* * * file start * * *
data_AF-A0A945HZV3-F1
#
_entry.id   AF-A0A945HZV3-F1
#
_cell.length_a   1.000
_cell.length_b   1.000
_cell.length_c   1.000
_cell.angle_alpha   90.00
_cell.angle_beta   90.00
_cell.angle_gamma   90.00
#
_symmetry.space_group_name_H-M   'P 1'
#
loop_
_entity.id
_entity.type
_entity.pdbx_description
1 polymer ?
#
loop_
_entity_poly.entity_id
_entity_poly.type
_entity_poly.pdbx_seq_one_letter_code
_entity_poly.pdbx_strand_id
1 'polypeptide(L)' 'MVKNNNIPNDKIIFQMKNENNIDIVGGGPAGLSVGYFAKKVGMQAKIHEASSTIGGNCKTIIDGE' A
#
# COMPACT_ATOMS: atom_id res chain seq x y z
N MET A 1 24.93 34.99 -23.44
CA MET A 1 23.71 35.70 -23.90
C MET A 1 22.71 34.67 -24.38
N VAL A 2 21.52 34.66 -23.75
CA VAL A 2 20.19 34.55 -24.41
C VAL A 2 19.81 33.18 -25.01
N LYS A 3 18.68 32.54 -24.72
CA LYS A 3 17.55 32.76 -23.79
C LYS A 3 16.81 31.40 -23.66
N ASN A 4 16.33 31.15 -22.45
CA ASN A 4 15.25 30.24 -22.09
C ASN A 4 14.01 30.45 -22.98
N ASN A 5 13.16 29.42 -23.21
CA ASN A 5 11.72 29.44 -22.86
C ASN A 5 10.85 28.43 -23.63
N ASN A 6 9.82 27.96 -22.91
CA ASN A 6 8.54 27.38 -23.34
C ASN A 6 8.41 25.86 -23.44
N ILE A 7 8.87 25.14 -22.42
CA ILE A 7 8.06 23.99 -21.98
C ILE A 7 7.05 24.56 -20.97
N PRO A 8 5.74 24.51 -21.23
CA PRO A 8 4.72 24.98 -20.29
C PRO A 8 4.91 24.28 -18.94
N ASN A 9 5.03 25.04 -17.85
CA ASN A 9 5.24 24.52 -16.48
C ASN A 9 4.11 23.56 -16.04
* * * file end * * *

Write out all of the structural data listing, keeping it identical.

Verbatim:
data_AF-A0A945HZV3-F1
#
_entry.id   AF-A0A945HZV3-F1
#
_cell.length_a   1.000
_cell.length_b   1.000
_cell.length_c   1.000
_cell.angle_alpha   90.00
_cell.angle_beta   90.00
_cell.angle_gamma   90.00
#
_symmetry.space_group_name_H-M   'P 1'
#
loop_
_entity.id
_entity.type
_entity.pdbx_description
1 polymer ?
#
loop_
_entity_poly.entity_id
_entity_poly.type
_entity_poly.pdbx_seq_one_letter_code
_entity_poly.pdbx_strand_id
1 'polypeptide(L)' 'MVKNNNIPNDKIIFQMKNENNIDIVGGGPAGLSVGYFAKKVGMQAKIHEASSTIGGNCKTIIDGE' A
#
# COMPACT_ATOMS: atom_id res chain seq x y z
N MET A 1 24.93 34.99 -23.44
CA MET A 1 23.71 35.70 -23.90
C MET A 1 22.71 34.67 -24.38
N VAL A 2 21.52 34.66 -23.75
CA VAL A 2 20.19 34.55 -24.41
C VAL A 2 19.81 33.18 -25.01
N LYS A 3 18.68 32.54 -24.72
CA LYS A 3 17.55 32.76 -23.79
C LYS A 3 16.81 31.40 -23.66
N ASN A 4 16.33 31.15 -22.45
CA ASN A 4 15.25 30.24 -22.09
C ASN A 4 14.01 30.45 -22.98
N ASN A 5 13.16 29.42 -23.21
CA ASN A 5 11.72 29.44 -22.86
C ASN A 5 10.85 28.43 -23.63
N ASN A 6 9.82 27.96 -22.91
CA ASN A 6 8.54 27.38 -23.34
C ASN A 6 8.41 25.86 -23.44
N ILE A 7 8.87 25.14 -22.42
CA ILE A 7 8.06 23.99 -21.98
C ILE A 7 7.05 24.56 -20.97
N PRO A 8 5.74 24.51 -21.23
CA PRO A 8 4.72 24.98 -20.29
C PRO A 8 4.91 24.28 -18.94
N ASN A 9 5.03 25.04 -17.85
CA ASN A 9 5.24 24.52 -16.48
C ASN A 9 4.11 23.56 -16.04